The highest hill in the Vienna Woods is called Schöpfl and it marks the border between two different environments: towards Vienna it is thickly wooded, while on the other side of the Schöpfl lies a more open and gentle landscape, with meadows, farmland and isolated old fruit trees (apple, pear and chequer). That is why it also has the name Wiesenwienerwald (Viennese Forest Meadowland).
The wild chequer tree is found throughout Europe, but only here there is the tradition of eating its fruit, (fresh or dried) and transforming it into distillates and other products. The trees (at least 300 have been counted in the area) are very old (reaching an age of 200 years) and tall (up to 15 or 20 meters). Harvesting (carried out between mid-September and October) is a complex and hazardous operation. Pickers have to climb up long ladders with a belt and cloth bag. At the top they tie themselves onto the tree so they won’t fall and begin picking: the branch with fruits and leaves has to be removed, and great care must be taken when breaking it off in order not to damage the next year’s bud. The fruit are small oval berries (slightly smaller than a cherry), with a dark red color. Inside are three or four small brown seeds with an intense bitter flavor. After picking, the fruits are kept in a cool dry place for about a week until they are uniformly ripe. The fruit and branches are then tipped onto a table and the whole family begins to patiently separate the fruit from the twigs. This communal activity is called oröwen in local dialect.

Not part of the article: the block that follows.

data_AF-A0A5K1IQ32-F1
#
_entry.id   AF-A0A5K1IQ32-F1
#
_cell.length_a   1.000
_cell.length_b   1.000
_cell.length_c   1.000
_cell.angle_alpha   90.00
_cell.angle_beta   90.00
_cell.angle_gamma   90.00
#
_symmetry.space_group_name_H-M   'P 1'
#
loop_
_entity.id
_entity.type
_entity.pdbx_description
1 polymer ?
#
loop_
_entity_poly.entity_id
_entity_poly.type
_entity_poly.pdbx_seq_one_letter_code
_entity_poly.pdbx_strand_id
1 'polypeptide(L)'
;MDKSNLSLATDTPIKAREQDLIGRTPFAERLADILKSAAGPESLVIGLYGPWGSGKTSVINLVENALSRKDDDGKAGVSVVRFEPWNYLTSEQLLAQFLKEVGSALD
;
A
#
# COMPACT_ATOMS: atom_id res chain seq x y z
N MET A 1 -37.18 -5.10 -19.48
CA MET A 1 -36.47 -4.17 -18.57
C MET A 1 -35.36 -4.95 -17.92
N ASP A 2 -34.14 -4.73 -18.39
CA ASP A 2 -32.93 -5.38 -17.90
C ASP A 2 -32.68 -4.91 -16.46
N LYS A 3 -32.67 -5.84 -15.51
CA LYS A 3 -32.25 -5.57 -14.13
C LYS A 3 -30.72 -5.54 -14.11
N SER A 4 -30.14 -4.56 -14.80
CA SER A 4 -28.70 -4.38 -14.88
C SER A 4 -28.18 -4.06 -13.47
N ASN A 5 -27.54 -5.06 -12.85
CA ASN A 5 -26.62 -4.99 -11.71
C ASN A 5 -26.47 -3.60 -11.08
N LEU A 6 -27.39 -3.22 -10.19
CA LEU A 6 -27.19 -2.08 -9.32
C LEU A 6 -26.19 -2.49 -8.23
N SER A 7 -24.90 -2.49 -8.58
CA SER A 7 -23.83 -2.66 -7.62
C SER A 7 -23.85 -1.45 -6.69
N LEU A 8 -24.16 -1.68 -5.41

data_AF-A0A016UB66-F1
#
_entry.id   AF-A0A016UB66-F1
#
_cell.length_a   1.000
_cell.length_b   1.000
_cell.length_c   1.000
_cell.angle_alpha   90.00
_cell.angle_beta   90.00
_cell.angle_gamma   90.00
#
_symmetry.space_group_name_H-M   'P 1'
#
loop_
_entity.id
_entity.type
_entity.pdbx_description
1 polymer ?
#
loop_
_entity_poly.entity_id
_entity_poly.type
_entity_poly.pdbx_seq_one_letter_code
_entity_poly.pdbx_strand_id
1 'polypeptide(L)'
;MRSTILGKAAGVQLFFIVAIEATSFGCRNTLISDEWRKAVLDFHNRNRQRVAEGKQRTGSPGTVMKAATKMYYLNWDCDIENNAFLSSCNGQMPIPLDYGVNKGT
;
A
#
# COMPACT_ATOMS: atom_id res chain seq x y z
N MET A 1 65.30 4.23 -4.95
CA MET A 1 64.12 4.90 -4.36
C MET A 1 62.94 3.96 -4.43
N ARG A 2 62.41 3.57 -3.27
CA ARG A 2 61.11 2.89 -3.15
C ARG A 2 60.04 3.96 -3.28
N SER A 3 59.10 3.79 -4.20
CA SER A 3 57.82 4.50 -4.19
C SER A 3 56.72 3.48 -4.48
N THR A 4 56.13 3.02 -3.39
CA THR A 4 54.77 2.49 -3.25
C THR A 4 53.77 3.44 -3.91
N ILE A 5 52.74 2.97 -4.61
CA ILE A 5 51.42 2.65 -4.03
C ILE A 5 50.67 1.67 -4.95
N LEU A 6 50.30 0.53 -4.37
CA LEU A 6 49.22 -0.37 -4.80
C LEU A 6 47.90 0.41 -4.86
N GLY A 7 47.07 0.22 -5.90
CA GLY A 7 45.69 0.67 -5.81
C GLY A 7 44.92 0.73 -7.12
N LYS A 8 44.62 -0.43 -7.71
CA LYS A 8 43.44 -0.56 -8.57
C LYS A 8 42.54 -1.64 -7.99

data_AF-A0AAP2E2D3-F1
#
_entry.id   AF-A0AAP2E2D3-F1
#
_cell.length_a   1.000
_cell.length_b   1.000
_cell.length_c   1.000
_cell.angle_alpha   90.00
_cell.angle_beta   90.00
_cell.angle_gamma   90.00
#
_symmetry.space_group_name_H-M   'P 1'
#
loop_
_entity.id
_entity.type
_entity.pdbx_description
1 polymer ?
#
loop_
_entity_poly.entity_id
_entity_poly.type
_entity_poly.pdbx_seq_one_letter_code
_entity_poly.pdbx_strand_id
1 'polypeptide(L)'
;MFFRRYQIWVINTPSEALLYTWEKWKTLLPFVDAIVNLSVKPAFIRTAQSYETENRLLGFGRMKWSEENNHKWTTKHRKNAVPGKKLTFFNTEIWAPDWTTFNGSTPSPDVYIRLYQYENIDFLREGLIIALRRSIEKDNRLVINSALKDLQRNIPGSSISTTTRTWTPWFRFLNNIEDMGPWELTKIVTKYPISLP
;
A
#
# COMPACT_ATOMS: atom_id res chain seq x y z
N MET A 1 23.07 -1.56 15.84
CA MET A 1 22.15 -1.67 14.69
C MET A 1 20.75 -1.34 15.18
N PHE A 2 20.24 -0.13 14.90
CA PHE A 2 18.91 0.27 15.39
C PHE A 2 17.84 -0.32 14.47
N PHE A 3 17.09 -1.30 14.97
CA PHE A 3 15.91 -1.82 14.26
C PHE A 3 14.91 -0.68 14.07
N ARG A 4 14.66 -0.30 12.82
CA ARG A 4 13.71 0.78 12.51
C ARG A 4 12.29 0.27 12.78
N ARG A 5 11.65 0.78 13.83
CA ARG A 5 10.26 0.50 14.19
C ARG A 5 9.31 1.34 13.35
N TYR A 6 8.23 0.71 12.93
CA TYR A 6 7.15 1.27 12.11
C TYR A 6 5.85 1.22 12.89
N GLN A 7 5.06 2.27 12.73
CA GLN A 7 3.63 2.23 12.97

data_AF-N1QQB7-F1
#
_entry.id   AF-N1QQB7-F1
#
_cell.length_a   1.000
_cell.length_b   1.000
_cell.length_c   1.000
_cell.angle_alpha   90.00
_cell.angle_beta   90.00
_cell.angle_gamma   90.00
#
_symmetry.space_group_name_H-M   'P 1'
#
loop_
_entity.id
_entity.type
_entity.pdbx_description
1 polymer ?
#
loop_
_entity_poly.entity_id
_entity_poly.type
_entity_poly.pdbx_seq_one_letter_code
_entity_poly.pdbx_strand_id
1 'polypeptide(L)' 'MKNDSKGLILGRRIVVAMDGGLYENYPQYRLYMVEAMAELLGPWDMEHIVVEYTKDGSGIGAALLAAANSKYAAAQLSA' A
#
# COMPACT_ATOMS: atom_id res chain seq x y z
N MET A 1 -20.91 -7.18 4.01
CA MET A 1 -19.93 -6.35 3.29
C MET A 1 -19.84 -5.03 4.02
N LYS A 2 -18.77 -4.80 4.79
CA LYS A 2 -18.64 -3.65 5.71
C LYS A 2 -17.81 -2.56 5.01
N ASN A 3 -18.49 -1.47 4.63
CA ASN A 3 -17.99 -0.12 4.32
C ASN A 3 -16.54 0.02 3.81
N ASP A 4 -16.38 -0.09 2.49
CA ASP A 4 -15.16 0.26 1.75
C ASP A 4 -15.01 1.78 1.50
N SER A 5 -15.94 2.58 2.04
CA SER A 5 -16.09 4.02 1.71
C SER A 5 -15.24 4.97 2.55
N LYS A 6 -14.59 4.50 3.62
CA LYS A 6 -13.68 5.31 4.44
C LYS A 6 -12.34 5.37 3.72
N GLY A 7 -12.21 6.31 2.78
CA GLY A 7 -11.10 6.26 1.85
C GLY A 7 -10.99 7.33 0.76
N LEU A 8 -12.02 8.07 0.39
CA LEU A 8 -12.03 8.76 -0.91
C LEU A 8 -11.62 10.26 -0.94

Producers have recently begun to dry the fruit and offer it as an aperitif or digestif nibble. Other products are also achieving some success, particularly the filled chocolate. Furthermore, fresh chequer berries are used by top local chefs in a range of cold, hot, sweet or savory dishes. The most important transformed product is the distillate however. Once leaves and twigs have been removed, the berries are put into tanks with added water and yeast. The mass is mixed with a traditional implement (a wooden stick and sort of iron blade which was once used to break up the potatoes given to the pigs) until the fruit has all split open. The distillation phase can then begin. The product is balanced and mellow, with a pleasant marzipan note.
The association has a small nursery with fifty small wild chequer grafts ready for planting.
The Presidium helps producers to know more about this extraordinarily beautiful natural environment and promote all the transformed products based on chequers berries, particularly the dried fruits and the excellent distillate.
Wiesenwienerwald, Lower Austria Region
Verein zur Erhaltung, Pflege und Vermarktung der Elsbeere